Published 5/1/2015
Kevin J. Bozic, MD, MBA

Taking Orthopaedics to the PROMs

The article “Risk Stratification, Outcome Assessment, and Online Transparency” makes important points about the increased interest by consumers, payors, policymakers, and healthcare providers in assessing provider performance. Provider performance can be measured using a variety of metrics, including structural measures (adoption of electronic health records), process measures (implementation of evidence-based clinical practice guidelines), efficiency measures (utilization of resources and cost of care), and patient experience measures. However, the most direct assessment of the effectiveness of an intervention is patient outcomes.

The most important outcomes to orthopaedic patients is reduction in pain and improvement in quality of life and function. These outcomes are best measured through Patient-Reported Outcome Measures (PROMs), which, as the authors note, are currently logistically difficult to assess. However, the orthopaedic profession, with help from the AAOS and others, is making great strides in helping orthopaedic surgeons measure patient-reported outcomes.

An important dimension of measuring provider performance is risk adjustment. By adjusting outcomes based on the risk factors that are inherent to the patient population treated by the provider (such as age, sex, comorbid conditions, severity of arthritis), the outcomes that are most directly under the control of the provider can be isolated. This is an important concept, especially when attributing differences in outcomes to differences in provider performance.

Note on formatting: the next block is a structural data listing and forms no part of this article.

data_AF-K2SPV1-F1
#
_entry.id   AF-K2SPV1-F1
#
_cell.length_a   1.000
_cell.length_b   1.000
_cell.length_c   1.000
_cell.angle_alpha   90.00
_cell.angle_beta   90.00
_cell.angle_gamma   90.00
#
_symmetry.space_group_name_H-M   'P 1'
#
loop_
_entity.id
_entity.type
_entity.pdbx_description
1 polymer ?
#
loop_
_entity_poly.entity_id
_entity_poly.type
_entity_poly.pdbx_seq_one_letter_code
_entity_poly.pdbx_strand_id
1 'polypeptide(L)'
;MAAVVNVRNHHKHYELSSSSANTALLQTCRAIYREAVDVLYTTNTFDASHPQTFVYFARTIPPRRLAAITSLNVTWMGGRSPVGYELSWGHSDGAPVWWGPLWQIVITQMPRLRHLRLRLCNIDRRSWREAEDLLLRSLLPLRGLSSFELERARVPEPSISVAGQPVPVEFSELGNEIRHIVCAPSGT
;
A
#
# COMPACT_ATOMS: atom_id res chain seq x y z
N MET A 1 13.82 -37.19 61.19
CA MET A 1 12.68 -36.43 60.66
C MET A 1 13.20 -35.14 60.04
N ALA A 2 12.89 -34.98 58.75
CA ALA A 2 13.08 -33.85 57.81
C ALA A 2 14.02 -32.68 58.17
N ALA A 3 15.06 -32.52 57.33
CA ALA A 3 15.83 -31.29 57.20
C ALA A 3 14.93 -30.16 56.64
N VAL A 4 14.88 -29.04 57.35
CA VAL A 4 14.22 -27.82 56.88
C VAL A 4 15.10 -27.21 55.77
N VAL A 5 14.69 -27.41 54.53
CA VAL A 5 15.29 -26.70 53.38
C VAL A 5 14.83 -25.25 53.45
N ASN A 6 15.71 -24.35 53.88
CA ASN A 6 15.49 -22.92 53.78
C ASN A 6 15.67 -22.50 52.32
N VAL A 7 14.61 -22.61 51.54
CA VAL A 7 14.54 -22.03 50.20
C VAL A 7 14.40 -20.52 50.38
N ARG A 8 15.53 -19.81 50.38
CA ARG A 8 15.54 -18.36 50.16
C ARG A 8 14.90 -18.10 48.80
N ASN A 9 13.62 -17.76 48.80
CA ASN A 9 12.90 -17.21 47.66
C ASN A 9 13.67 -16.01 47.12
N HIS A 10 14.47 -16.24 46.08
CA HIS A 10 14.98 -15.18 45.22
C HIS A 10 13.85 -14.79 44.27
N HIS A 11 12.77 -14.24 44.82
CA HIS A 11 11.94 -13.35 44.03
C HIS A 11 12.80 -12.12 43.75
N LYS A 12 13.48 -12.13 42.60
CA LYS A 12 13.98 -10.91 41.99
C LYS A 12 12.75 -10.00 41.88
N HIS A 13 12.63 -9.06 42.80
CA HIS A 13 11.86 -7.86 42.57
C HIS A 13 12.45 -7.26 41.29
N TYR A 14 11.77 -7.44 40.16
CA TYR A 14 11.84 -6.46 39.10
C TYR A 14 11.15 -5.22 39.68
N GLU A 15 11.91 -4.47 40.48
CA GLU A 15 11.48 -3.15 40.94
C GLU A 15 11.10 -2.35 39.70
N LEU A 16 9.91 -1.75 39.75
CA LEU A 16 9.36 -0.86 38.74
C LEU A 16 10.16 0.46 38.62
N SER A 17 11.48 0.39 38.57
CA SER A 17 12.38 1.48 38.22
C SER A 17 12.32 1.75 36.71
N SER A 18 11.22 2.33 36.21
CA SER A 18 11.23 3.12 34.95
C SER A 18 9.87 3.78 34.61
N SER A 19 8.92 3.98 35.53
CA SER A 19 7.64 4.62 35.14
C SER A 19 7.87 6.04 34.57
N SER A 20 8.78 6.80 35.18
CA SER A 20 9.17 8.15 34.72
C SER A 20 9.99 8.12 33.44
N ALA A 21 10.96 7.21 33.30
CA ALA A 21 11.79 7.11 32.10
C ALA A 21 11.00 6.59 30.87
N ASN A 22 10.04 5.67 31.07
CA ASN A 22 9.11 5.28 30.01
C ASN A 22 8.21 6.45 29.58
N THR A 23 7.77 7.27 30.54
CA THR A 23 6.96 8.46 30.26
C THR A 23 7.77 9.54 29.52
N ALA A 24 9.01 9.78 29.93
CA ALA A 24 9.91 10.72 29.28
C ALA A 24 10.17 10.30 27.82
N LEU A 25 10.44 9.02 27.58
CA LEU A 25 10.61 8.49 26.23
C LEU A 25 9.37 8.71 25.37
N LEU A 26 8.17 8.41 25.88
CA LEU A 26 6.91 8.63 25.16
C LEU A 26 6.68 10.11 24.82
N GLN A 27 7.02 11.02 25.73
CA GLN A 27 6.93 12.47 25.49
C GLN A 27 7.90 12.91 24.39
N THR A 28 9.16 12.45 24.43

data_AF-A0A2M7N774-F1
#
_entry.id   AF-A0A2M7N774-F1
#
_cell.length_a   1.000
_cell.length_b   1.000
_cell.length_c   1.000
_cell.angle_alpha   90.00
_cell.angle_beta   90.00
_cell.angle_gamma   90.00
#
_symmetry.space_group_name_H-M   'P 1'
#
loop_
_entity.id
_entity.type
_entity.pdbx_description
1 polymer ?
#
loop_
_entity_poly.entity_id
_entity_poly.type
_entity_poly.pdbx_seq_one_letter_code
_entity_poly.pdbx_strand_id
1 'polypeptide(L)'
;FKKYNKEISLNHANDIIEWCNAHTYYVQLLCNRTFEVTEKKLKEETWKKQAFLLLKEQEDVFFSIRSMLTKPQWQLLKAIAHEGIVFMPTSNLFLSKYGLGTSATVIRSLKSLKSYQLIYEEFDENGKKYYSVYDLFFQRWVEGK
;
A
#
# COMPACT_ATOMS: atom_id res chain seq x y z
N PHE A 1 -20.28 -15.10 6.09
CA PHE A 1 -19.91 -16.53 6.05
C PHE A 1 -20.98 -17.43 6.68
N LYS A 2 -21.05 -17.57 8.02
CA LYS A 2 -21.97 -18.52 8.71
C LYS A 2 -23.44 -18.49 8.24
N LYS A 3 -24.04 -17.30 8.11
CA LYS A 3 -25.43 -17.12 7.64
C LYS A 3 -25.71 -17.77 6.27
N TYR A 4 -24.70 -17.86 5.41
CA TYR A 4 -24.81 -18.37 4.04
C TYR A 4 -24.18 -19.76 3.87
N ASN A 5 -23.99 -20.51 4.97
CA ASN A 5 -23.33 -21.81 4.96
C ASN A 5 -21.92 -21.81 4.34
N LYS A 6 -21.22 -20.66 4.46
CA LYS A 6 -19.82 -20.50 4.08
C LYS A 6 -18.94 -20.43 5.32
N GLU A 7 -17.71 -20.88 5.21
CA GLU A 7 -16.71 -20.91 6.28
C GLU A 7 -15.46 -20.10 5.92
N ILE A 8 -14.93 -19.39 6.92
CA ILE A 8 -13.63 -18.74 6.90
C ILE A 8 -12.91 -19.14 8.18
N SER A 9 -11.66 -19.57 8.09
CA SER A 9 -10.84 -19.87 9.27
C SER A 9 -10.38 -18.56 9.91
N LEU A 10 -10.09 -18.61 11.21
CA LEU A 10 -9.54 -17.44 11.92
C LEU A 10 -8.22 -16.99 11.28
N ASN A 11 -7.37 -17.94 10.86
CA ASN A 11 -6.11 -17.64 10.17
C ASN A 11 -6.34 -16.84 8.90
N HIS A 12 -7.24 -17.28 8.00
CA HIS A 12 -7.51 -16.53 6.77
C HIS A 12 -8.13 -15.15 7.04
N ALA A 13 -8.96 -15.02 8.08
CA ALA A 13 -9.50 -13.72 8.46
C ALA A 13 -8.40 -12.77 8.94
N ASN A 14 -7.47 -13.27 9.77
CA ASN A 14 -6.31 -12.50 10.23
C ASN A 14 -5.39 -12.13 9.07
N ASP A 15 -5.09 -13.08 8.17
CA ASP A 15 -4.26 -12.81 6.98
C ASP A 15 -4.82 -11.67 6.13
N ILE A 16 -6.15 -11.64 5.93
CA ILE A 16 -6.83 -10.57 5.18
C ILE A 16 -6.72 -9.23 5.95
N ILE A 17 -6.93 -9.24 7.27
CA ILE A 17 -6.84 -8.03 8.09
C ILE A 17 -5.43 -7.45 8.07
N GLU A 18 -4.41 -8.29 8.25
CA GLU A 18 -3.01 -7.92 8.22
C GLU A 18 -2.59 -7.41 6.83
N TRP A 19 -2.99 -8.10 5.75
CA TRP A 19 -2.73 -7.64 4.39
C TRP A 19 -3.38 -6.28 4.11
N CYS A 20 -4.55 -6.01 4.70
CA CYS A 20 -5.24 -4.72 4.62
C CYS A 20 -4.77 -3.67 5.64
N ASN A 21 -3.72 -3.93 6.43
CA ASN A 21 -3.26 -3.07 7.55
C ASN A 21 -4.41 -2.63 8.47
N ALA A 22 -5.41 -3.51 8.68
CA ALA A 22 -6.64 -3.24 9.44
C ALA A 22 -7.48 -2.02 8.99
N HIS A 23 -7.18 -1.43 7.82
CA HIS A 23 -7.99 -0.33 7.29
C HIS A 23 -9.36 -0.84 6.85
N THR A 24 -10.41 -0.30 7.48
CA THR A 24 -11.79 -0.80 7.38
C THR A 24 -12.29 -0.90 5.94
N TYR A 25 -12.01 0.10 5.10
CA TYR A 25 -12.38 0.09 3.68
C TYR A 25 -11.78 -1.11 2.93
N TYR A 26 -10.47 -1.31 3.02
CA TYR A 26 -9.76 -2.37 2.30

As emphasized by the authors, it is important that the orthopaedic profession define which outcomes are most important to measure and which risk factors should be taken into account in risk models to facilitate fair and objective comparisons across providers. The AAOS is actively engaged in informing these discussions and trends through its recently launched Performance Measures Committee. Your input and guidance into how our performance as orthopaedic surgeons will be assessed is critical to our ability to improve the value of care we provide to patients.

Kevin J. Bozic, MD, MBA, chairs the AAOS Council on Research and Quality.

Information on his potential conflicts of interest can be found at www.aaos.org/disclosure